Discrimination arising from disability is also different from indirect discrimination. There is no need to show that other people have been affected alongside the disabled individual or for the disabled person to compare himself or herself with anyone else.
Discrimination arising from disability will occur if the following three conditions are met:
7.9 Knowledge of Disability
If it can be shown that:
then the unfavourable treatment does not amount to unlawful discrimination arising from disability.
Relevance of Reasonable Adjustments
Acting quickly to identify and put in place reasonable adjustments for disabled people, will often avoid discrimination arising from disability. However, there may be cases where an adjustment is unrelated to the unfavourable treatment in question. If failing to make an appropriate reasonable adjustment, it is likely to be very difficult to argue that the unfavourable treatment is justified.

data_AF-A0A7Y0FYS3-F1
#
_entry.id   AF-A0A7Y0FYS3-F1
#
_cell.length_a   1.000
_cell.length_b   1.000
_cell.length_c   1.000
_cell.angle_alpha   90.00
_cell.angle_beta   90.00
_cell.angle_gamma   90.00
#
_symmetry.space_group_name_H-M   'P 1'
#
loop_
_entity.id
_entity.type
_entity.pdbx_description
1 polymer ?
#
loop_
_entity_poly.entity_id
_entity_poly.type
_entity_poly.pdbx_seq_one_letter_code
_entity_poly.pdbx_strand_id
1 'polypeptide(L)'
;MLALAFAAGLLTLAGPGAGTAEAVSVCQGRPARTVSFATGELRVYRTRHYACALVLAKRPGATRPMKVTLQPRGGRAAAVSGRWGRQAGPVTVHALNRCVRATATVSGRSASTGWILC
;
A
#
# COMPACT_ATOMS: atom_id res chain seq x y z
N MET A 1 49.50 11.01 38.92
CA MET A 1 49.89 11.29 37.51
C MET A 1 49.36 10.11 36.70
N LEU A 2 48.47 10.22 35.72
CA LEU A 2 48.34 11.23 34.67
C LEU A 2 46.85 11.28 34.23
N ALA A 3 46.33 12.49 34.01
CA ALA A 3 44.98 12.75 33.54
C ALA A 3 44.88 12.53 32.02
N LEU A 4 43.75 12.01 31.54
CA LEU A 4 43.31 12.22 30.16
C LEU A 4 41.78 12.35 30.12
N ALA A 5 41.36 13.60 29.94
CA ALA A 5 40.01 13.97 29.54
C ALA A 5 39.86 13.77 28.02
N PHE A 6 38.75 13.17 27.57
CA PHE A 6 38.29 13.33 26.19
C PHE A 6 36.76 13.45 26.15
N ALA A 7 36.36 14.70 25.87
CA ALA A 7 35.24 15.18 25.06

Harassment is the unwanted conduct that has the purpose or effect of violating the person’s dignity or creating an intimidating, hostile, degrading, humiliating or offensive environment.
Conduct of a sexual nature is specifically included within the definition, although marriage/civil partnerships and pregnancy/maternity are not included as protected characteristics for harassment. As an employer the College is required to take reasonably practicable steps to prevent a third party (i.e. someone other than a manager or other employee) from harassing an employee.
Victimisation occurs when a person is treated badly because they have made, supported or raised a complaint or grievance under the Equality Act; or because they are suspected of doing so. A person is not protected from victimisation if they have maliciously made or supported an untrue complaint. There is no longer a need to compare treatment of a complainant with that of a person who has not made or supported a complaint under the Act.
7.12 Positive Action
Positive action is when action is taken specifically to help someone who has a protected characteristic. There are several different reasons why it may be appropriate to take some sort of positive action, for instance if a person is suffering some kind of disadvantage linked to that characteristic, or if they have particular needs, or if people with that characteristic are under-represented in an activity or a type of work.